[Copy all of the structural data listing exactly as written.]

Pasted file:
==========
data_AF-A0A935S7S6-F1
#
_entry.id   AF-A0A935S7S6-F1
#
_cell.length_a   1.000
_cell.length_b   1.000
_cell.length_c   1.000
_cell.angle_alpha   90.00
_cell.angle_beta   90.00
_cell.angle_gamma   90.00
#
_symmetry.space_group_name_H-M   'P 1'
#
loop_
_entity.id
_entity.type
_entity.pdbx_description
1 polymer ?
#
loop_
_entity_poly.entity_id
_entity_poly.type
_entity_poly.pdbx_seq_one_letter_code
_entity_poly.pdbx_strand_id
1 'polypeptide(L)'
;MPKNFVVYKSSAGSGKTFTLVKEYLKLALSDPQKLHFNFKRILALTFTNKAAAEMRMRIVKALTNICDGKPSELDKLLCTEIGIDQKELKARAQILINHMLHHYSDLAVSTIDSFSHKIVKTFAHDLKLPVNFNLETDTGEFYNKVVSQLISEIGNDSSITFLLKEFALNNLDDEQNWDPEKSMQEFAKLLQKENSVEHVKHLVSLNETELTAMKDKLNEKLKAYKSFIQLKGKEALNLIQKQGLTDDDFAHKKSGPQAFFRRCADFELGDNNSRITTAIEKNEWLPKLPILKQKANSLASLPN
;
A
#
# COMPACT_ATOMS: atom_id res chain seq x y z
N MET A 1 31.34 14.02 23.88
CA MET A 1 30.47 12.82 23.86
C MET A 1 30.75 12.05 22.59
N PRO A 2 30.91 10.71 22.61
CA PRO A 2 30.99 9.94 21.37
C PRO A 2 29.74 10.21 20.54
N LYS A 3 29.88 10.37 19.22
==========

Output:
data_AF-A0A935S7S6-F1
#
_entry.id   AF-A0A935S7S6-F1
#
_cell.length_a   1.000
_cell.length_b   1.000
_cell.length_c   1.000
_cell.angle_alpha   90.00
_cell.angle_beta   90.00
_cell.angle_gamma   90.00
#
_symmetry.space_group_name_H-M   'P 1'
#
loop_
_entity.id
_entity.type
_entity.pdbx_description
1 polymer ?
#
loop_
_entity_poly.entity_id
_entity_poly.type
_entity_poly.pdbx_seq_one_letter_code
_entity_poly.pdbx_strand_id
1 'polypeptide(L)'
;MPKNFVVYKSSAGSGKTFTLVKEYLKLALSDPQKLHFNFKRILALTFTNKAAAEMRMRIVKALTNICDGKPSELDKLLCTEIGIDQKELKARAQILINHMLHHYSDLAVSTIDSFSHKIVKTFAHDLKLPVNFNLETDTGEFYNKVVSQLISEIGNDSSITFLLKEFALNNLDDEQNWDPEKSMQEFAKLLQKENSVEHVKHLVSLNETELTAMKDKLNEKLKAYKSFIQLKGKEALNLIQKQGLTDDDFAHKKSGPQAFFRRCADFELGDNNSRITTAIEKNEWLPKLPILKQKANSLASLPN
;
A
#
# COMPACT_ATOMS: atom_id res chain seq x y z
N MET A 1 31.34 14.02 23.88
CA MET A 1 30.47 12.82 23.86
C MET A 1 30.75 12.05 22.59
N PRO A 2 30.91 10.71 22.61
CA PRO A 2 30.99 9.94 21.37
C PRO A 2 29.74 10.21 20.54
N LYS A 3 29.88 10.37 19.22